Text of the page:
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The Lord's Answer to Solomon's Prayer
v. 1. And it came to pass, when Solomon had finished the building of the house of the Lord, which occupied seven years, and the king's house, his own palace, which occupied thirteen years, and all Solomon's desire which he was pleased to do, such public works as he undertook in various parts of his dominions,
v. 2. that the Lord appeared to Solomon the second time, as he had appeared unto him at Gibeon, 1 Kings 3:5.
v. 3. And the Lord said unto him, I have heard thy prayer and thy supplication that thou hast made before Me, at the dedication of the Temple. I have hallowed this house which Thou hast built to put My name there forever; by filling the Temple with the cloud of His gracious presence He assured Solomon and all Israel of His merciful assistance; and Mine eyes and Mine heart shall be there perpetually, His eyes, to watch over His chosen people, also against their enemies, and His heart in sincere love and solicitude for their welfare.
v. 4. And if thou wilt walk before Me as David, thy father, walked, in his entire conduct, in integrity of heart, in true piety, and in uprightness, to do according to all that I have commanded thee, and wilt keep My statutes and My judgments, both the precepts concerning Israel alone and those pertaining to mankind in general,
v. 5. then I will establish the throne of thy kingdom upon Israel forever, as I promised to David, thy father, 2 Samuel 7:12, saying, There shall not fail thee a man upon the throne of Israel.
v. 6. But if ye shall at all turn from following Me, ye or your children, for this matter concerned not only the reigning family, but the entire nation, and will not keep My commandments and My statutes which I have set before you, but go and serve other gods, and worship them,
v. 7. then will I cut off Israel out of the land which I have given them, eradicate, utterly destroy them; and this house, which I have hallowed for My name, will I cast out of My sight, reject it as a sanctuary of Jehovah; and Israel shall be a proverb and a byword among all people;
v. 8. and at this house, which is high, a very conspicuous object to all passers-by, every one that passeth by it shall be astonished, and shall hiss, in mockery and derision; and they shall say, Why hath the Lord done thus unto this land and to this house?
v. 9. And they shall answer, Because they forsook the Lord, their God, who brought forth their fathers out of the land of Egypt, and have taken hold upon other gods, and have worshiped them, and served them; therefore hath the Lord brought upon them all this evil. The threat is identical with that of Deuteronomy 28:37-45. Cf Leviticus 26:14; Joshua 23:16. Even the believers, who serve the Lord with gladness, are in need of continual admonition to remain in faith and in obedience, lest they be tempted to unfaithfulness and fall.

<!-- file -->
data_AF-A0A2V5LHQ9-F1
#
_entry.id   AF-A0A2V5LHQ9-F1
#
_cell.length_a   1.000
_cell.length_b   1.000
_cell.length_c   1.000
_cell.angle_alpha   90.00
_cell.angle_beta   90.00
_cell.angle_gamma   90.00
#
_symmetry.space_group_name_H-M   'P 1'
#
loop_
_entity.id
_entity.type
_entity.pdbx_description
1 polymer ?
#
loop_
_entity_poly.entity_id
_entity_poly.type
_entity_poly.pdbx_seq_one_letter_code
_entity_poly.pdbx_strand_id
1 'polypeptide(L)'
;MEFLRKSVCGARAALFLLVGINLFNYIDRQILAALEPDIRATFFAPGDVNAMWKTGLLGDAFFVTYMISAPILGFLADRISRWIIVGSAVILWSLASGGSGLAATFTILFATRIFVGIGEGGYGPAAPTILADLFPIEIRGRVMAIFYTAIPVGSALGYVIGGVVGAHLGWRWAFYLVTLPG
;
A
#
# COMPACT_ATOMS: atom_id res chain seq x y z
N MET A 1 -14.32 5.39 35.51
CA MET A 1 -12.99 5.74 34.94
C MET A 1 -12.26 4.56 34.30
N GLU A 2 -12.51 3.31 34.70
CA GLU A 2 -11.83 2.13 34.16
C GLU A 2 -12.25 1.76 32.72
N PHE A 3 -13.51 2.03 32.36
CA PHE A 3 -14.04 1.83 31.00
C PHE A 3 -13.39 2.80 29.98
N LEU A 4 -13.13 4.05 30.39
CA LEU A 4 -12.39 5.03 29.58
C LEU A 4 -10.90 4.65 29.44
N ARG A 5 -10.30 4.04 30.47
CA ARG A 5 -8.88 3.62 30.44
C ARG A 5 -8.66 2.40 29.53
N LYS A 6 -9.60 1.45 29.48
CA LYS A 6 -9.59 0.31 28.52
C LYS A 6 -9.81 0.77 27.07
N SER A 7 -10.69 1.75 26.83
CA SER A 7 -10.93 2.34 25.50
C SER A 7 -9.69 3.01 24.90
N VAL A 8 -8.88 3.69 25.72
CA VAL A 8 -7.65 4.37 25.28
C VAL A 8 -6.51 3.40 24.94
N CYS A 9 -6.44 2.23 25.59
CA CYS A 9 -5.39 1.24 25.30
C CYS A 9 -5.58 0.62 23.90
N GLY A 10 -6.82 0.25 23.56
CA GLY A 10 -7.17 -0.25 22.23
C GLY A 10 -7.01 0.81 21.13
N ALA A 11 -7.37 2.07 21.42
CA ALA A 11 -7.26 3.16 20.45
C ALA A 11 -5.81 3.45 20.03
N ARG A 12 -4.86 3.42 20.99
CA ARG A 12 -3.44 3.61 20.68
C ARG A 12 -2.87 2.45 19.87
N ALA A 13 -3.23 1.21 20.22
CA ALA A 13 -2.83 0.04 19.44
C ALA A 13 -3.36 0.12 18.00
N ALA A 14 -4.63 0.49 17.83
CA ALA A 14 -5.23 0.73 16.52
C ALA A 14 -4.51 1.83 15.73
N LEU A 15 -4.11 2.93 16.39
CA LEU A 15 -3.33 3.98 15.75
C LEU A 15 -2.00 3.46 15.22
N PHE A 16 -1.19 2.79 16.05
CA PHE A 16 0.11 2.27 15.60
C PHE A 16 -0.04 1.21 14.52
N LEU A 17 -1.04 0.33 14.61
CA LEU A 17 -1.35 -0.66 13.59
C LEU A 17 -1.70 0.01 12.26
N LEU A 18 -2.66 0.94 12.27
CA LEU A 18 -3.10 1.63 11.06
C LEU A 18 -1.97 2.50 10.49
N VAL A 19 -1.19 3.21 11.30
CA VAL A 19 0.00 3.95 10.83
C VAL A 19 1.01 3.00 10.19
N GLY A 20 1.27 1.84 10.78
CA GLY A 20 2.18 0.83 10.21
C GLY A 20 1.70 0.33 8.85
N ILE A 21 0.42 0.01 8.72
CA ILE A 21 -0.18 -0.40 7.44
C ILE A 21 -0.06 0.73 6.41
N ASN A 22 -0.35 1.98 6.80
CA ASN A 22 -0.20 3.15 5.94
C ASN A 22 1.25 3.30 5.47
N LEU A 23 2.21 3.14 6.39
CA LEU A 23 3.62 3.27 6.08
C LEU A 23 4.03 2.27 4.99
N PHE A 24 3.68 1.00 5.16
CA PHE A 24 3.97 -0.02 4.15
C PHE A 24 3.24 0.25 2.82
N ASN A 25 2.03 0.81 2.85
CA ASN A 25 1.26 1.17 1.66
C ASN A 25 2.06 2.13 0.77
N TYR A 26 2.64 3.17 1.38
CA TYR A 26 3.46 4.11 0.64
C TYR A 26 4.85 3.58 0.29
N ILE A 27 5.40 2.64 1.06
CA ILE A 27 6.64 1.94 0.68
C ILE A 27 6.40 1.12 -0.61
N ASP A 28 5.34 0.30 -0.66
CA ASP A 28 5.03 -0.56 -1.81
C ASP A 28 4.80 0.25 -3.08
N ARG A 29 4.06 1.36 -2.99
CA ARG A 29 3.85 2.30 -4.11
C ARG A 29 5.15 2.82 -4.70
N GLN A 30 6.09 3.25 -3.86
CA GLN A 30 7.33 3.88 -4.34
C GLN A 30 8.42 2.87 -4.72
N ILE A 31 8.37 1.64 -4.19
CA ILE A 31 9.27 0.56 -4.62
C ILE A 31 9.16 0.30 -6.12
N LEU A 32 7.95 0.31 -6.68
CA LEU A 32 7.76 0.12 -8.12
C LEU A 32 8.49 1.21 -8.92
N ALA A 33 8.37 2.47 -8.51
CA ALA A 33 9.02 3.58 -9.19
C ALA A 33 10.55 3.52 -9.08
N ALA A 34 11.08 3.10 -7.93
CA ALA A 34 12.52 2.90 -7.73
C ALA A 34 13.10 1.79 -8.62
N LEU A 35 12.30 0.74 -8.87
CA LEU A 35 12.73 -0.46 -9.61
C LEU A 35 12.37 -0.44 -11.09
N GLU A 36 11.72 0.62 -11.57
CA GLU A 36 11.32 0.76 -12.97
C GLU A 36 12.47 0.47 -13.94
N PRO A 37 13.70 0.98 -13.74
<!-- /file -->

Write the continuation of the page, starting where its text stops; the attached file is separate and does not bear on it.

Solomon's Resources and Power
v. 10. And it came to pass at the end of twenty years, when Solomon's chief building operations had been brought to an end, when Solomon had built the two houses, the house of the Lord and the king's house,
v. 11. (now Hiram, the king of Tyre, had furnished Solomon with cedar-trees and fir trees, cypress-trees, and with gold, according to all his desire,) that then King Solomon gave Hiram twenty cities in the land of Galilee, in the northern part, in the mountain country of Naphtali.
v. 12. And Hiram came out from Tyre to see the cities which Solomon had given him, to make a tour of inspection; and they pleased him not, they were not located in a prosperous part of the country.
v. 13. And he said, in a tone of contempt, What cities are these which thou hast given me, my brother? And he called them the Land of Cabul (closed, without an outlet) unto this day. So the district was later spoken of by people acquainted with the transaction. Hiram restored the cities to Solomon, 2 Chronicles 8:2, who thereupon satisfied him in some other way, for their friendly relations were not disturbed.
v. 14. And Hiram sent to the king six score talents of gold, almost two and one half million dollars, evidently a loan to enable Solomon to complete his projected buildings and improvements.